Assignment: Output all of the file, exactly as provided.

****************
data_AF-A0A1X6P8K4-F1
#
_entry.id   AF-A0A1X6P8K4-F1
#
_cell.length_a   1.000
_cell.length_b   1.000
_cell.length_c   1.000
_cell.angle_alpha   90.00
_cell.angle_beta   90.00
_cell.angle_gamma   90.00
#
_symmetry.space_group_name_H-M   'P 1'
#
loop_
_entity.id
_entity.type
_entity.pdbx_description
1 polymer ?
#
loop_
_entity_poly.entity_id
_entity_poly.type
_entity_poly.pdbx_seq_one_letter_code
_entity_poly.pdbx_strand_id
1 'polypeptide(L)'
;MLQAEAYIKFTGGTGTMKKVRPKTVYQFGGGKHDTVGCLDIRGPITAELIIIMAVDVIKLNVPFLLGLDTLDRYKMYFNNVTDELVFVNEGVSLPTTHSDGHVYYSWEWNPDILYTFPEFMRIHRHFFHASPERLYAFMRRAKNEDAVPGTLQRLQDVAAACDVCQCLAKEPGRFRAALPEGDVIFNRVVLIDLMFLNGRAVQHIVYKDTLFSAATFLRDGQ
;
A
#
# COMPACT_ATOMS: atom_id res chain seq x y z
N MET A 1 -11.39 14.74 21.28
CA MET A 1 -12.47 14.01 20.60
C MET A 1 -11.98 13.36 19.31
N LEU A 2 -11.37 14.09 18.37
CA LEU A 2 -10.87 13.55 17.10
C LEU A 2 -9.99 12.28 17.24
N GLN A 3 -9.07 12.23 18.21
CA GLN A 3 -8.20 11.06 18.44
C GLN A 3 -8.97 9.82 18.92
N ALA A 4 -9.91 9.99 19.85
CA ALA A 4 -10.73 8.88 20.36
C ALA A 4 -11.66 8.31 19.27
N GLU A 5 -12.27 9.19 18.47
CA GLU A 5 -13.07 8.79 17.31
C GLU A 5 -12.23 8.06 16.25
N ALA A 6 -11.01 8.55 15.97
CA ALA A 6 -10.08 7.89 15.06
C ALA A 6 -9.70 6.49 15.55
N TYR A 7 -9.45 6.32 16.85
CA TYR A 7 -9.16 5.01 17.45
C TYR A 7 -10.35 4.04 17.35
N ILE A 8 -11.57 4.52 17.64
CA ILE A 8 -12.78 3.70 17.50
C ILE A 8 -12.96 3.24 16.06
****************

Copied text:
data_AF-A0A1X6P8K4-F1
#
_entry.id   AF-A0A1X6P8K4-F1
#
_cell.length_a   1.000
_cell.length_b   1.000
_cell.length_c   1.000
_cell.angle_alpha   90.00
_cell.angle_beta   90.00
_cell.angle_gamma   90.00
#
_symmetry.space_group_name_H-M   'P 1'
#
loop_
_entity.id
_entity.type
_entity.pdbx_description
1 polymer ?
#
loop_
_entity_poly.entity_id
_entity_poly.type
_entity_poly.pdbx_seq_one_letter_code
_entity_poly.pdbx_strand_id
1 'polypeptide(L)'
;MLQAEAYIKFTGGTGTMKKVRPKTVYQFGGGKHDTVGCLDIRGPITAELIIIMAVDVIKLNVPFLLGLDTLDRYKMYFNNVTDELVFVNEGVSLPTTHSDGHVYYSWEWNPDILYTFPEFMRIHRHFFHASPERLYAFMRRAKNEDAVPGTLQRLQDVAAACDVCQCLAKEPGRFRAALPEGDVIFNRVVLIDLMFLNGRAVQHIVYKDTLFSAATFLRDGQ
;
A
#
# COMPACT_ATOMS: atom_id res chain seq x y z
N MET A 1 -11.39 14.74 21.28
CA MET A 1 -12.47 14.01 20.60
C MET A 1 -11.98 13.36 19.31
N LEU A 2 -11.37 14.09 18.37
CA LEU A 2 -10.87 13.55 17.10
C LEU A 2 -9.99 12.28 17.24
N GLN A 3 -9.07 12.23 18.21
CA GLN A 3 -8.20 11.06 18.44
C GLN A 3 -8.97 9.82 18.92
N ALA A 4 -9.91 9.99 19.85
CA ALA A 4 -10.73 8.88 20.36
C ALA A 4 -11.66 8.31 19.27
N GLU A 5 -12.27 9.19 18.47
CA GLU A 5 -13.07 8.79 17.31
C GLU A 5 -12.23 8.06 16.25
N ALA A 6 -11.01 8.55 15.97
CA ALA A 6 -10.08 7.89 15.06
C ALA A 6 -9.70 6.49 15.55
N TYR A 7 -9.45 6.32 16.85
CA TYR A 7 -9.16 5.01 17.45
C TYR A 7 -10.35 4.04 17.35
N ILE A 8 -11.57 4.52 17.64
CA ILE A 8 -12.78 3.70 17.50
C ILE A 8 -12.96 3.24 16.06